October 30, 2008 (Chicago, Illinois) — By including emergency-physician activation in the catheterization lab, researchers from the Mayo Clinic were able to achieve door-to-balloon times (DTBTs) of less than 90 minutes for patients with ST-elevation myocardial infarction (STEMI), according to a presentation here at the American College of Emergency Physicians (ACEP) 2008 Scientific Assembly.
DTBTs for STEMI have been extensively studied during the past several years. They are correlated with patient mortality, and numerous efforts have been made to improve these times. National guidelines now recommend DTBTs within 90 minutes for at least 75% of patients with STEMI. Many sites have published studies documenting an inability to reach these goals, and no site has demonstrated durable improvements to STEMI management over the years.
“We felt that our management changes, which we named the Mayo Clinic STEMI Protocol, resulted in sustainable and durable improvements over 4 years, and that is what our data showed,” lead author David Nestler, MD, attending physician in the Department of Emergency Medicine at the Mayo Clinic in Rochester, Minnesota, told Medscape Emergency Medicine.
Pre- and postimplementation data were collected in March 2008 on consecutive, nontransferred patients with STEMI. The preimplementation group consisted of 96 patients presenting from June 2002 to March 2004, which had a median DTBT of 97 minutes, and 40% had a DTBT of less than 90 minutes. The Mayo Clinic STEMI Protocol was implemented in May 2004. The postimplementation group of 368 patients had a median DTBT of 69 minutes, and 77% had a DTBT of less than 90 minutes.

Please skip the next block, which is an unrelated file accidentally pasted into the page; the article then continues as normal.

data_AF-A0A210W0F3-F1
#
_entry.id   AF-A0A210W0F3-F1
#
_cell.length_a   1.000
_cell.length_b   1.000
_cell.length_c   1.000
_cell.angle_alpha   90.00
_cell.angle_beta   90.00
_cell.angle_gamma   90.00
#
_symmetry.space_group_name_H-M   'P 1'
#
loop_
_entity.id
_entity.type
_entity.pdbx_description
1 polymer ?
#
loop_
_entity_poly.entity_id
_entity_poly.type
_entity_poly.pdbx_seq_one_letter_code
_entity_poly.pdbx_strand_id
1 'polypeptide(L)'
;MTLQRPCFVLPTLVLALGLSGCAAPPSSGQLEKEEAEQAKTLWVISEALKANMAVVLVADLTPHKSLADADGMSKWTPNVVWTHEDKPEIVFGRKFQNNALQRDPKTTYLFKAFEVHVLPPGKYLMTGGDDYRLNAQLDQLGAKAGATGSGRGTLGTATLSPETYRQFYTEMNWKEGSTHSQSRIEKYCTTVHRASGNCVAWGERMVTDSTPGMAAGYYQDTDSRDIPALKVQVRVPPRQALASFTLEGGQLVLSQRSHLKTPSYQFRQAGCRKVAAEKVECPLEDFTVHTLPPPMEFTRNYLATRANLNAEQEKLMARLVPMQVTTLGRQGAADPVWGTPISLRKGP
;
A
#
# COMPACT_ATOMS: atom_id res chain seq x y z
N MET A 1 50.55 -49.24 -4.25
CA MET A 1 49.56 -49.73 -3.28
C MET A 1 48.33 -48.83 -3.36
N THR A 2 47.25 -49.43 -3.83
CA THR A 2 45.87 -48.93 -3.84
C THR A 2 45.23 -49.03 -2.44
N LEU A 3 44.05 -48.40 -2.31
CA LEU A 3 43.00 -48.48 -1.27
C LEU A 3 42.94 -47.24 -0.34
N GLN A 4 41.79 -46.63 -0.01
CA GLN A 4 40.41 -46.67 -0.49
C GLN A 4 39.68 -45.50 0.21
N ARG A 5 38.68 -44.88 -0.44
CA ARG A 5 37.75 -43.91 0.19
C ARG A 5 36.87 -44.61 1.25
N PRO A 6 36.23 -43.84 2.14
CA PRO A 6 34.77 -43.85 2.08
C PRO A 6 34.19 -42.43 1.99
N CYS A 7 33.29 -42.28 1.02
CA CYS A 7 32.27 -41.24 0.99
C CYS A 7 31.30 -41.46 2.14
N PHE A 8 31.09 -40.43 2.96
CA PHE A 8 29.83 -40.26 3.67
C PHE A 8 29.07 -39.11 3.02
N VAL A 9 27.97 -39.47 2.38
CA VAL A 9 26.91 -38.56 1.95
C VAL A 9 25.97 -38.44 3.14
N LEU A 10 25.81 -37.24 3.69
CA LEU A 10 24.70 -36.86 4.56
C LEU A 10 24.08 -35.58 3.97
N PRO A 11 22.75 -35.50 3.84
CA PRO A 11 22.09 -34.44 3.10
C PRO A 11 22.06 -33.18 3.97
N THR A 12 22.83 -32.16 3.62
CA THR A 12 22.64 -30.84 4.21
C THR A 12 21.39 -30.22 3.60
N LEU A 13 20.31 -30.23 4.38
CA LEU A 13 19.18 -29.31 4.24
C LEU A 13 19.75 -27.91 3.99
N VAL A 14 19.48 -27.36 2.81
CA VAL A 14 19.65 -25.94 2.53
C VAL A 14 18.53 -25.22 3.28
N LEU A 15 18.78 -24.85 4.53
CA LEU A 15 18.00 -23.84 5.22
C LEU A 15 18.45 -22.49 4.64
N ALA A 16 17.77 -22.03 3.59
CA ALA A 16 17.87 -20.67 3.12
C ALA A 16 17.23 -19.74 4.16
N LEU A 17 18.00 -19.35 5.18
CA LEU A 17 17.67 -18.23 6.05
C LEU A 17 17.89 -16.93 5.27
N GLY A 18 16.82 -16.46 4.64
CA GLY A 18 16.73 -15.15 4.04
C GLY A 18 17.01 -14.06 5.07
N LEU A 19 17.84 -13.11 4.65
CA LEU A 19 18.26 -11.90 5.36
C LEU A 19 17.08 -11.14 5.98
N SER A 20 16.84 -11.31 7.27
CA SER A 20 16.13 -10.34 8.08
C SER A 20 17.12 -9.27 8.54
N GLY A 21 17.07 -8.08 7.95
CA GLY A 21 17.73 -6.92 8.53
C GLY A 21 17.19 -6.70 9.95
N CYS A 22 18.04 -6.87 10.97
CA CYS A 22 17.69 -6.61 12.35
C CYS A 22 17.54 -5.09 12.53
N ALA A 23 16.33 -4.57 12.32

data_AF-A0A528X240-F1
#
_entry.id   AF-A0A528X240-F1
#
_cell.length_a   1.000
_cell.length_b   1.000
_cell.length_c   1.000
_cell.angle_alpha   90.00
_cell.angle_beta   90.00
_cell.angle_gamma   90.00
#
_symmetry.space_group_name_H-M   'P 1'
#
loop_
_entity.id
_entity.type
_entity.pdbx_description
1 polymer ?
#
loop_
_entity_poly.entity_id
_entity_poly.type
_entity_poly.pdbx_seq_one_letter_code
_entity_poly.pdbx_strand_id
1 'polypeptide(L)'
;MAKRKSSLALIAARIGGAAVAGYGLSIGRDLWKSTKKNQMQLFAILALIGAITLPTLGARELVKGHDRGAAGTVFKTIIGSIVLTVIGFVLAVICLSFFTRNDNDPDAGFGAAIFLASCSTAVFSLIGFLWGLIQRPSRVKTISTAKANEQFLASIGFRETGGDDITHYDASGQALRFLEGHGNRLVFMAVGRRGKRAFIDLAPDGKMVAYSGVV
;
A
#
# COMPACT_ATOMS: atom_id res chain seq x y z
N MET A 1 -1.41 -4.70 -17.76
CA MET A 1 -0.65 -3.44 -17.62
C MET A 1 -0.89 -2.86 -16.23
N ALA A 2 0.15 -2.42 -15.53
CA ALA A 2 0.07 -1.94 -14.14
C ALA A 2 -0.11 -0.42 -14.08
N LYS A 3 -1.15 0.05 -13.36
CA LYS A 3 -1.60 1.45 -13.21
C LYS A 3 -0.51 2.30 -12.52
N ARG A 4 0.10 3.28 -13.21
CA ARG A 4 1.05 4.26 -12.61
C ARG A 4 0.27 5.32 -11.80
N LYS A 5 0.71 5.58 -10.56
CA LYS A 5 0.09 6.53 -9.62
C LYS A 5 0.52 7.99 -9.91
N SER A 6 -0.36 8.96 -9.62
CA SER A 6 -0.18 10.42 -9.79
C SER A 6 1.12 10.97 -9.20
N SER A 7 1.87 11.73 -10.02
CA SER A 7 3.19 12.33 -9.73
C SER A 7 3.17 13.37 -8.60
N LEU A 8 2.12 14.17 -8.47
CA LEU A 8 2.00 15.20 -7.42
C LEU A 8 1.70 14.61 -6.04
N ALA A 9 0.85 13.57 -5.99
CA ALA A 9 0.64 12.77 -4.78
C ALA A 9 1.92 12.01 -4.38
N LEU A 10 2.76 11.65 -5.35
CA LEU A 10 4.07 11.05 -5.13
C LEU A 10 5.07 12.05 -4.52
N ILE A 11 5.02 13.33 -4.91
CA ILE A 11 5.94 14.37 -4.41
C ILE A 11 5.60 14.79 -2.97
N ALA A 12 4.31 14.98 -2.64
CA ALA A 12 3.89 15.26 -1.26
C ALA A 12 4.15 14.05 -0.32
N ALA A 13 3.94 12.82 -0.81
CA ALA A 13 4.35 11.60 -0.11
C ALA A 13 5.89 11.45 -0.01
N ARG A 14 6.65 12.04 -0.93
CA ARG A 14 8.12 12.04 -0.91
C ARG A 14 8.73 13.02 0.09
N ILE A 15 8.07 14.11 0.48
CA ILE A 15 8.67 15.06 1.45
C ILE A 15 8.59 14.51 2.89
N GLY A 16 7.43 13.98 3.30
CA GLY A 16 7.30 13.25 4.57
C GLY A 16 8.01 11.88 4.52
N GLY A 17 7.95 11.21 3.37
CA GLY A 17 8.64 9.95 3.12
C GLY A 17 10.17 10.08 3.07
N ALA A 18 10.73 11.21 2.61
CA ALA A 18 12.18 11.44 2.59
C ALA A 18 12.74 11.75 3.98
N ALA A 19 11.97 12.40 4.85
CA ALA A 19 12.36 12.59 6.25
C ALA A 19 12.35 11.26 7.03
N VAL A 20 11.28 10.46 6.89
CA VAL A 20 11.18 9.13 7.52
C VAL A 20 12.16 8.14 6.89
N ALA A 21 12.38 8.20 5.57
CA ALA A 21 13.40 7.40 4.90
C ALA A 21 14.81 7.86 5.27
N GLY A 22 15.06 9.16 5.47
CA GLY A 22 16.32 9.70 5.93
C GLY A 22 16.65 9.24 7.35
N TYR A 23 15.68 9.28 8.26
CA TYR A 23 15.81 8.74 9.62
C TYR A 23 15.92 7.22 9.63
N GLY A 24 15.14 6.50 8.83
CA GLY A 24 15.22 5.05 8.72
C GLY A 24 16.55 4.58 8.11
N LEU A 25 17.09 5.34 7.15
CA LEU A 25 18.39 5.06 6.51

Main components of the protocol’s success were the enabling of emergency-medicine physicians to activate the cardiac-catheterization lab and the implementation of a single-call system with real-time performance feedback. Another key element of the protocol was that the emergency physician did not need approval from cardiology. With a single-group page, the entire cardiac-catheterization team was activated. Dr. Nestler and colleagues consider the time goals most important: time from door to ECG of less than 10 minutes; time from door to catheterization-laboratory activation of less than 15 minutes; and time from door to departure from the emergency department of less than 45 minutes.
There was a direct phone line between the emergency-department nurse and the cardiac-catheterization nurse for patient transfer, and an elevator control key was used for patient transfer to speed up the process. Even priority hospital parking was arranged for the cardiac-catheterization staff in off-hours. Within a 24- to 48-hour period, real-time feedback on DTBT performance was given to all providers.
“We wanted to share these data with other sites so they could consider implementing these improvements as well,” Dr. Nestler said. “Although we were not surprised by these results, other hospitals will be. This study shows these times can be achieved and are sustainable over a period of several years.”
Luis Serrano, MD, assistant professor of emergency medicine at the University of Puerto Rico, commented on the presentation for Medscape Emergency Medicine: “This study is important because it decreases door-to-door balloon times so you can decrease mortality. The protocol has been stable over time, which shows that it works.”
Brian O’Neil, MD, course director of the Research Forum at the ACEP meeting and associate chair of the Department of Emergency Medicine at Wayne State University School of Medicine, in Detroit, Michigan, said: “The American Heart Association wants every institution to have less than 90 minutes DTBT. Although [this was] not a huge study, it tried to identify factors that caused delays. Nevertheless, Mayo Clinic was one of the earliest to have this policy, and the fact that it can maintain this time over 4 years is pretty good.”
This study had internal funding from the Mayo Foundation for Education and Research. Neither Dr. Serrano nor Dr. O’Neil have disclosed any relevant financial relationships.
American College of Emergency Physicians (ACEP) 2008 Scientific Assembly: Abstract 298. Presented October 28, 2008.